I am thinking the ESP device might be an excellent tool for me to use, as long as it comes in a variety of cool colours, and can fit into my evening bag. I mean, I can decode faces just fine, thank you, but some assistance with mind-reading would be welcome!! Imagine being able to “decode” Mary Sue’s “I’m so happy to see you schmoogy schmoogy kiss” to its real meaning (oh God, there’s Estee and I have to say hello, let’s make this quick!). Seriously, I’m not sure if we all want to know what many of our friends and associates are really thinking, do we?

The ESP device, being developed by Rana el Kalibouby and Rosalind Picard, might be affixed to a baseball cap of a pair of sunglasses, writes, Jennifer Schuessler in the New York Times Magazine (December 10, 2006): “It consists of a small camera mounted on a cap of glasses that monitors a conversations partner’s facial expressions and feeds the data into a hand-held computer. Software tracks the movement of facial features and classifies them using a coding system developed by the psychologist Paul Ekman, which is then correlated with a second taxonomy of emotional states created by the Cambridge autism researcher (and Ali G cousin) Simon Baron-Cohen. Almost instantaneously, the computer crunches each raised eyebrow and pucker of the lips, giving a whispered verdict about how the person is feeling….

El Kaliouby’s system, which is currently being tested on teenagers with high-functioning autism and Asperger’s syndrome, has an accuracy rate of 85 per cent when reading the emotional state of trained actors, though it drops to just 65 per cent for ordinary people. While the technology has a way to go before it is ready for the market, el Kaliouby is already thinking of ways it could be using in helping everyone ‘move up the spectrum’ defined by severe autism at the one end and off-the-chart emotional intelligence at the other. Cocktail party bores and dinner-table droners beware: el Kaliouby envisions a ‘Bore-o-Meter’ that might, say, cause your cellphone to vibrate when software senses that your conversation partner’s eyes are a glazing over….”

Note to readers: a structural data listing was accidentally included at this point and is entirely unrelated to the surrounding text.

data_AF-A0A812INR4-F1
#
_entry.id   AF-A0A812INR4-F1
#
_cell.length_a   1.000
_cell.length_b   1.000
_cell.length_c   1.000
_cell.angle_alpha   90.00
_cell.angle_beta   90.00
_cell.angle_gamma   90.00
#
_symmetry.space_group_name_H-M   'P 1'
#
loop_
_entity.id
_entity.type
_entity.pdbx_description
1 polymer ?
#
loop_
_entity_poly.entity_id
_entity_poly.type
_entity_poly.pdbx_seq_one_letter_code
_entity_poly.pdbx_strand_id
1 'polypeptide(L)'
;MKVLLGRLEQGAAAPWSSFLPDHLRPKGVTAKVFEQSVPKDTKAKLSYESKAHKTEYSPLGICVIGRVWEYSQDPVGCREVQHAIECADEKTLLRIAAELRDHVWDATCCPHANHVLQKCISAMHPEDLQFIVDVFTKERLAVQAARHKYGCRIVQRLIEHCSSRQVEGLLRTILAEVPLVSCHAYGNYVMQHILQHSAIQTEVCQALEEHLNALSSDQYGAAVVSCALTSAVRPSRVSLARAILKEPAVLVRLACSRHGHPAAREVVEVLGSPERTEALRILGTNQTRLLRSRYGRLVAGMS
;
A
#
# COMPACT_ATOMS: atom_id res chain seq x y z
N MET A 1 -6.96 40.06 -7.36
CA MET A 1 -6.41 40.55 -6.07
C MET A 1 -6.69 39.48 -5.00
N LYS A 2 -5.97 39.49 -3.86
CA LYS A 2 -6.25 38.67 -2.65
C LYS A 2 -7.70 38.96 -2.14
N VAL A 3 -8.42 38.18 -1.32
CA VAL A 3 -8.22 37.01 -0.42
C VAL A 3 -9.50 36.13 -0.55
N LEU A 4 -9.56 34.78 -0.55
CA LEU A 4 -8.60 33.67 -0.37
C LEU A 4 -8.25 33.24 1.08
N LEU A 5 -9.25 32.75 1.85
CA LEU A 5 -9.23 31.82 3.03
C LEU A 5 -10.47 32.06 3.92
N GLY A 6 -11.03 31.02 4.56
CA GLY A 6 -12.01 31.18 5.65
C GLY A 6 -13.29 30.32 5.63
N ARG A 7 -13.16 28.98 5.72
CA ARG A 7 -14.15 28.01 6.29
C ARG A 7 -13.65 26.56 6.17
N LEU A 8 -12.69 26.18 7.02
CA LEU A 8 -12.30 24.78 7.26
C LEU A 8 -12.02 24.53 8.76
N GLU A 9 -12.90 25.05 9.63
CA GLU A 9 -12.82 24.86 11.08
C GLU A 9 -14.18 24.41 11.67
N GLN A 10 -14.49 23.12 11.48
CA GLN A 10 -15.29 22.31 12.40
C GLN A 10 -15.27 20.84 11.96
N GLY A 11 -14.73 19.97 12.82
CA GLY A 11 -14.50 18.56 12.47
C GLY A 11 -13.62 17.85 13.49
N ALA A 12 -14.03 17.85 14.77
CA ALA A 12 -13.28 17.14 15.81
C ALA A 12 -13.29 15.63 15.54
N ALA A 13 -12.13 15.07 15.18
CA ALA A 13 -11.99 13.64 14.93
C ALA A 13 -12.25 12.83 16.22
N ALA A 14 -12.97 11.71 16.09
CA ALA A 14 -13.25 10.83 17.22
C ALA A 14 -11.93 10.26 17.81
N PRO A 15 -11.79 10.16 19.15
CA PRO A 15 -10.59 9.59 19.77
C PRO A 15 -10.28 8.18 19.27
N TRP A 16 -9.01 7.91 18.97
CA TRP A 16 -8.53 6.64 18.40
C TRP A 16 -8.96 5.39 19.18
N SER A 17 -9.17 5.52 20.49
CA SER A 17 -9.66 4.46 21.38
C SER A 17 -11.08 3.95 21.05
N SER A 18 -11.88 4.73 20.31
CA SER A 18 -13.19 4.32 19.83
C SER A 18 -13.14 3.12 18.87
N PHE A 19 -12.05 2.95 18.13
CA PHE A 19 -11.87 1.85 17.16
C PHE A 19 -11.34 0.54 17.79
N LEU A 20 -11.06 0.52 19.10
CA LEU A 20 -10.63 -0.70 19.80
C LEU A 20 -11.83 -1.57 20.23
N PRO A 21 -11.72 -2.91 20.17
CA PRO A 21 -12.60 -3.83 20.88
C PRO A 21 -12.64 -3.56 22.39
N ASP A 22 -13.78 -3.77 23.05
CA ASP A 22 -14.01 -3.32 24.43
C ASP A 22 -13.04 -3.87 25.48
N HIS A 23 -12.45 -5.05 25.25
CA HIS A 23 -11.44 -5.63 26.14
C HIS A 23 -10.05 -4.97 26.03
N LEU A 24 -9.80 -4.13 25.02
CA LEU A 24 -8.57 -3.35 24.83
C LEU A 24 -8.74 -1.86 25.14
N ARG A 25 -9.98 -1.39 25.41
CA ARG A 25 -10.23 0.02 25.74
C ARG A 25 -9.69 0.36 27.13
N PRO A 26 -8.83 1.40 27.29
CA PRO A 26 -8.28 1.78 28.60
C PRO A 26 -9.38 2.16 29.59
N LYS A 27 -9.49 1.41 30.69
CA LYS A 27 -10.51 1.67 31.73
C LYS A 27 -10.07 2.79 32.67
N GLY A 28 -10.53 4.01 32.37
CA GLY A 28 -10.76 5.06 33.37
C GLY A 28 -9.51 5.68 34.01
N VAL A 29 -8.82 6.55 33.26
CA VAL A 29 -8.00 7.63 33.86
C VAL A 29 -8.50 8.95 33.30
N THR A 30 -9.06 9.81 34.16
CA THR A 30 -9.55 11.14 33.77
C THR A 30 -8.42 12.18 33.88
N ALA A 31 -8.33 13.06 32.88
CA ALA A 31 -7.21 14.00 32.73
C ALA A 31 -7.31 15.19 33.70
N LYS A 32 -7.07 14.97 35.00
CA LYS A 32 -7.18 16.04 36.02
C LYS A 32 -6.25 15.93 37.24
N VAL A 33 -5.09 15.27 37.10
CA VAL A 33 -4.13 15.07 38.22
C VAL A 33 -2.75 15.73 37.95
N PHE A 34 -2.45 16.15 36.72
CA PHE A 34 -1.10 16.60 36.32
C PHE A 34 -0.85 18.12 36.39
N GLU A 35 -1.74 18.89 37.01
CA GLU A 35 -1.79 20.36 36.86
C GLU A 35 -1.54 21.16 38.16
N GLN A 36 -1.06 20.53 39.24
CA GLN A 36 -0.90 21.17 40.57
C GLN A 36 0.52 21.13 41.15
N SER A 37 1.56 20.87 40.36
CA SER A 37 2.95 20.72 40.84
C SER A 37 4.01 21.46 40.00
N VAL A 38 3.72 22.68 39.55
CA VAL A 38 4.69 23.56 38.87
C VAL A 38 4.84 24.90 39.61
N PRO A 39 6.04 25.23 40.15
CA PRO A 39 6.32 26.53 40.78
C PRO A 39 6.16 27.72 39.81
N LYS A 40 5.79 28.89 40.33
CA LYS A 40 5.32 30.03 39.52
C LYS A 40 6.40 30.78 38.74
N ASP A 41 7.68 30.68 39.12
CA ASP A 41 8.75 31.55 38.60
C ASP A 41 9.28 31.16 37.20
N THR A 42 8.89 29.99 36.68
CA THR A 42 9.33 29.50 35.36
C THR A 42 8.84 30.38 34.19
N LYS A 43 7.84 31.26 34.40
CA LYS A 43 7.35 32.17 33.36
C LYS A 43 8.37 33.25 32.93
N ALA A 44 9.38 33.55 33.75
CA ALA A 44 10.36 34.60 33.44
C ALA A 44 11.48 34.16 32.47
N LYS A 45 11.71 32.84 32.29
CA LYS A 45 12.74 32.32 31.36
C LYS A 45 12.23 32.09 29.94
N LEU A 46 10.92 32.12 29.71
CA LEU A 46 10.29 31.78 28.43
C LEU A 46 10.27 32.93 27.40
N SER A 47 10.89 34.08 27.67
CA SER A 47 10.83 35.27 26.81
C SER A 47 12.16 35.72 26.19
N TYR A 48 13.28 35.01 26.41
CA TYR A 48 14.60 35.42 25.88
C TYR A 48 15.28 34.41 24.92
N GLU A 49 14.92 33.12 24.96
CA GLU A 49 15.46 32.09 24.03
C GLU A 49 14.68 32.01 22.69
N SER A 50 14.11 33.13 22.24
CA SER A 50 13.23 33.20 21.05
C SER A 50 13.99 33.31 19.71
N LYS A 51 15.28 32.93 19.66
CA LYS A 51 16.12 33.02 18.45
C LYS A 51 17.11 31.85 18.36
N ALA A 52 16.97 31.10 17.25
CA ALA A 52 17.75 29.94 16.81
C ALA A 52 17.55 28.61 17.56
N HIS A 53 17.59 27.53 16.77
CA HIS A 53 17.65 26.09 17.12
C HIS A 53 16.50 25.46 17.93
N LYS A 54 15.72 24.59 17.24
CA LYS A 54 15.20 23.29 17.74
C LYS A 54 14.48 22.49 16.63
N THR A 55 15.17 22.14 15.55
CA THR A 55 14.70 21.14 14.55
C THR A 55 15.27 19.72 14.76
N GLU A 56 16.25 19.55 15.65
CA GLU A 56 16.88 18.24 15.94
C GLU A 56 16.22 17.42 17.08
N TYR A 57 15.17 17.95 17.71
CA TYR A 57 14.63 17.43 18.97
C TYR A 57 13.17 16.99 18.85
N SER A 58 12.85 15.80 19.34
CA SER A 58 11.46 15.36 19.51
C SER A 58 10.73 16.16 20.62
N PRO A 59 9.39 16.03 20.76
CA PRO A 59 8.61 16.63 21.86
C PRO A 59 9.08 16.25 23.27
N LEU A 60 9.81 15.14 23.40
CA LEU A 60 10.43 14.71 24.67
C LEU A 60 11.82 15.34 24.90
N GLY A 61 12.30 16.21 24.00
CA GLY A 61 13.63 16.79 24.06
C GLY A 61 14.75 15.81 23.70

Anything that creates this bridge to understanding or getting any kind of edge in this world, is welcome in my home. I am grateful for the many technological advances from which Adam can benefit. I’m also very interested in technological advances aimed at assisting Adam, but with the understanding of autism, or at least the quest to a greater understanding of autism, that backs it. Until I see ESP in action, and based on the computer program Adam has already used, ESP may be DOA. But I’ll be fair. I’ll wait to see it in action.

ESP may also lead to greater ideas, initiated by autistic people, if they are truly to be workable and meaningful accomodations that benefit autistic people as opposed to non autistic people. I am all for greater access for all dis-abled individuals. I am very interested in the “Wheelchair Car,” otherwise named the Kenguru,

which looks something like the Smartcar where a wheel chair can roll right in and start driving. It offers the long-awaited accessibility for many disabled people in wheelchairs. At $12,500 and environment friendly (it’s electric), the government should think about subsidizing at least part of the cost.